Hockey is back!! In appreciation of this, I want to share a relevant WECA splash. It’s a good thing that comics can’t be prorogued or locked out, but, in a way, maybe that’s what happened to American comics when Canada’s Parliament instated the War Exchange Conservation Act in December of 1940 and allowed the First Great Age of Canadian Comics and then again in reverse to Canadian comics themselves when the act was lifted after the end of the war. In a way this also happened to a certain type of comic after 1954 with the Comics Code Authority.
This splash is from Bell Features’ Active Comics 19 p. 16 and refers to the Toronto Panthers Hockey Club, a real-life club playing in the Toronto Hockey League in the forties that was purchased/started by Cy Bell, the owner and “CEO” of Bell Features. The Panthers’ uniforms were royal blue with red and white bands (you can see it on the cover of Active Comics 20 – one of the few hockey covers in comics). On p. 22 of Active 19 there is an announcement page stating that it is a midget club and asking readers under 16 to consider trying out. By the next issue there’s a complete two-page (36-7) 15 player line up with individual sketch portraits and a two-page (38-9) report on games played at Toronto’s Royal Rink. In this issue too, the panthers get their own story.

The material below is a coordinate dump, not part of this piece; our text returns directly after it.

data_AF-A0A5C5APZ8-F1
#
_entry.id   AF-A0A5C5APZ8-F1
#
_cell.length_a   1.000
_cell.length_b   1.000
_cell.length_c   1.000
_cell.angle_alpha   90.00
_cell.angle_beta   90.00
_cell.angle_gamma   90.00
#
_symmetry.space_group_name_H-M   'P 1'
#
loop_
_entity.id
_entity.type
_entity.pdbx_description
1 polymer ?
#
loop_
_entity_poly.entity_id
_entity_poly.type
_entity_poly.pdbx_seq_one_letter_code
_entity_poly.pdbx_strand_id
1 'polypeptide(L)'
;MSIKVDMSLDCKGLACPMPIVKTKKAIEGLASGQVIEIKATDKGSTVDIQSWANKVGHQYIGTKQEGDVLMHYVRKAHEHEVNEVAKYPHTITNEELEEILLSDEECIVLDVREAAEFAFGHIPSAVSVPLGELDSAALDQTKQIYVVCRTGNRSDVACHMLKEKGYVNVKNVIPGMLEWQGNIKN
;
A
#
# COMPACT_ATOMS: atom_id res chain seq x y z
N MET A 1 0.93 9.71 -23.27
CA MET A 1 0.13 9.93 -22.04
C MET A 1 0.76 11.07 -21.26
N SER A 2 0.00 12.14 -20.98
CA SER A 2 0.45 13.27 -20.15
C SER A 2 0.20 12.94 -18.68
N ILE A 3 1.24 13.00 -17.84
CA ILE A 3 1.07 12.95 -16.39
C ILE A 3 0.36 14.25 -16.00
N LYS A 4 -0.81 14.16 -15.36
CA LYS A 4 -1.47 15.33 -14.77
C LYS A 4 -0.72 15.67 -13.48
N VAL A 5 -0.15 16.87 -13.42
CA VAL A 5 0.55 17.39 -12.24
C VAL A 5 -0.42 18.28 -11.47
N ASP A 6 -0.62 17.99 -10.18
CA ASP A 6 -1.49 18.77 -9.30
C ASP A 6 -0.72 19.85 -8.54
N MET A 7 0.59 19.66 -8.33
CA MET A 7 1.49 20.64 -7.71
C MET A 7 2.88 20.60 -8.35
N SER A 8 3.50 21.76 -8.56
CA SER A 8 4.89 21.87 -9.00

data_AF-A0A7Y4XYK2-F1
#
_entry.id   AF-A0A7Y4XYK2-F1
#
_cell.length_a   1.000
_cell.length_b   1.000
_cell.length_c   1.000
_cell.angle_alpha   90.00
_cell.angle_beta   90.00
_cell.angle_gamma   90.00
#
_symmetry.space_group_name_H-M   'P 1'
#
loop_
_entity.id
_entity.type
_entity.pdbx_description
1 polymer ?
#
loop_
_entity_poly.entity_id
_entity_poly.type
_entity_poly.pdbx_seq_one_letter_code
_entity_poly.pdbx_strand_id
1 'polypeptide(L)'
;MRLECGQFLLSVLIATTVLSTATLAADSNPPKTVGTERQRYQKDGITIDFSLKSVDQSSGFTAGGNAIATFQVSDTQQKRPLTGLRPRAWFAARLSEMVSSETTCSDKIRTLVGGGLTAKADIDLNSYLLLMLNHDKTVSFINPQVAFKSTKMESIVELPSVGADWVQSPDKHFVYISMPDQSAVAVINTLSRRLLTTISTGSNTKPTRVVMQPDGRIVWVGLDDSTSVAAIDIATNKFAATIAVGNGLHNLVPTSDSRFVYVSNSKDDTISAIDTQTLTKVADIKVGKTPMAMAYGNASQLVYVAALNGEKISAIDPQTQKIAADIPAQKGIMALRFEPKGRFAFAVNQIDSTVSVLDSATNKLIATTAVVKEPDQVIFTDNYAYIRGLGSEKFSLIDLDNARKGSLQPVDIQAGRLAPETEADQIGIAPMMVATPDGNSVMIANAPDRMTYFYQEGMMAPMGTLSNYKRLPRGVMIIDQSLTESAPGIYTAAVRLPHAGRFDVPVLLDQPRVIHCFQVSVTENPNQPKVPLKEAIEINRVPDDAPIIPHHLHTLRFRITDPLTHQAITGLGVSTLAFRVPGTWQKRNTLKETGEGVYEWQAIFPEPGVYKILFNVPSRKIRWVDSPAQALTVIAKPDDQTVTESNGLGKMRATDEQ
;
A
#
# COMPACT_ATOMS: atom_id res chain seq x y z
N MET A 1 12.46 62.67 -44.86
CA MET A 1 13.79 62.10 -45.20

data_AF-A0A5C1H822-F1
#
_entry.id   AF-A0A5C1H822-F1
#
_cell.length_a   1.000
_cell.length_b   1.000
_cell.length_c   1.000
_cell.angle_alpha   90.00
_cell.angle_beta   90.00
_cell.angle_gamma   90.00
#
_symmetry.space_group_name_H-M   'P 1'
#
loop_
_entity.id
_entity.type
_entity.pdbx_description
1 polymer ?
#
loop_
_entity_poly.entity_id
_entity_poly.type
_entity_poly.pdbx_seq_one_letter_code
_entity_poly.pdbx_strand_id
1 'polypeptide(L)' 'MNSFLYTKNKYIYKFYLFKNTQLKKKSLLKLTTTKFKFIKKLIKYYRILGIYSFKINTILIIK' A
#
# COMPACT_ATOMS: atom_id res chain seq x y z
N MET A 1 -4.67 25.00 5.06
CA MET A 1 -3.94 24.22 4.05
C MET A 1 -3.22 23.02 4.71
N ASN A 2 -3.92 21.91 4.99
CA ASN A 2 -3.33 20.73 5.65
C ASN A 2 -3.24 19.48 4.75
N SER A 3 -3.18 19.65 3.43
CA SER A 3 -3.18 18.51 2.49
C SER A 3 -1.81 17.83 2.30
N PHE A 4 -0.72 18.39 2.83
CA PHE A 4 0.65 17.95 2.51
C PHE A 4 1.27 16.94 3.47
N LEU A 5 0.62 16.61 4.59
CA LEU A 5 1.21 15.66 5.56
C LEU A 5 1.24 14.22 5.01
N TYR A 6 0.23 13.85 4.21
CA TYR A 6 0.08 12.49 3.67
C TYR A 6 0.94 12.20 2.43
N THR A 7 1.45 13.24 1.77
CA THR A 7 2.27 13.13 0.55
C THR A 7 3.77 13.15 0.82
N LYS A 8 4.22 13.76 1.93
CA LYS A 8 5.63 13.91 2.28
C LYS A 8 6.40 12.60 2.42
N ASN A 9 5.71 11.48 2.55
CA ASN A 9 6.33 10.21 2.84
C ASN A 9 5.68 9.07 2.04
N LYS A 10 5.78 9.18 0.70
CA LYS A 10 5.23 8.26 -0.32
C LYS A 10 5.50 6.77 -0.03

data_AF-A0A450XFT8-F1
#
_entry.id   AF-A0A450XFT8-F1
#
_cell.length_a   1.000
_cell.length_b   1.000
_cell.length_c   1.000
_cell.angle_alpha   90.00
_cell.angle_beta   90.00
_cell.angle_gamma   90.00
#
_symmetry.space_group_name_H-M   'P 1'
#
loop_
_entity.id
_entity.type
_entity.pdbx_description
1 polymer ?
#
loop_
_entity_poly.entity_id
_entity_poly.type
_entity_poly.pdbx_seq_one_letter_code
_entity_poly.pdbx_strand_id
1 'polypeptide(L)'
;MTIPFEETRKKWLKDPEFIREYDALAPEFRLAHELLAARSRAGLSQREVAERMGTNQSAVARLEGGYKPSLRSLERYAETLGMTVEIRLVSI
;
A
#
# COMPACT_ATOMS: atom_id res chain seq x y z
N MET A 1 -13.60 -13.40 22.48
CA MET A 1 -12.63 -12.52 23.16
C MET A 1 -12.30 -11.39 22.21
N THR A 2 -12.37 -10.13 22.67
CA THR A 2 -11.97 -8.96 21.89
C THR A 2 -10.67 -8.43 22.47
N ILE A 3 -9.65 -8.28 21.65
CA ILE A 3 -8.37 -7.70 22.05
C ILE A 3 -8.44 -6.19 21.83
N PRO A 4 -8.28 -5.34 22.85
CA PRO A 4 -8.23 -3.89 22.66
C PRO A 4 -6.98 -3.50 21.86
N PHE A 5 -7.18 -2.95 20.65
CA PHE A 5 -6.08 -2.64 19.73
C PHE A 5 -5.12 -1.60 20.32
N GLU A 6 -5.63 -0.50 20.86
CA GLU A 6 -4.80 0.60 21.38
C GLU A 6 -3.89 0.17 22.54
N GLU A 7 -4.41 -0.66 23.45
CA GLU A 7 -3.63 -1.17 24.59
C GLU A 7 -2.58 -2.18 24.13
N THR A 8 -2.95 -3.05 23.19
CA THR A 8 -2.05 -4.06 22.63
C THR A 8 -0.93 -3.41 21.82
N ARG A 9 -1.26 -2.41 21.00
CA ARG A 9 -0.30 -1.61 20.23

Our splash from Active 19 is the first of the Panthers stories. Drawn by Tedd Steele, it shows Tedd, himself, in between Leo Bachle on the left and Ross Saakel on the right. You can make out their names on the equipment (shorts and stick blade). Cy Bell, in the foreground, offers to get them some bob skates.
It was not uncommon for Tedd Steele (who by this time had put a second “d” in his first name) to draw himself and other artists from the Bell Features stable creatively into his stories. He, along with Leo Bachle and Ross Saakel seemed to be the young “turks” of the Bell stable, freshly out of or still in school and ready to have fun with what they were doing for a living. Stories like this, in which the creators included themselves, should be richly prized by collectors of Canadian comics.
I must also include a well-known hockey splash from a Steve Savage WECA book to set off the point.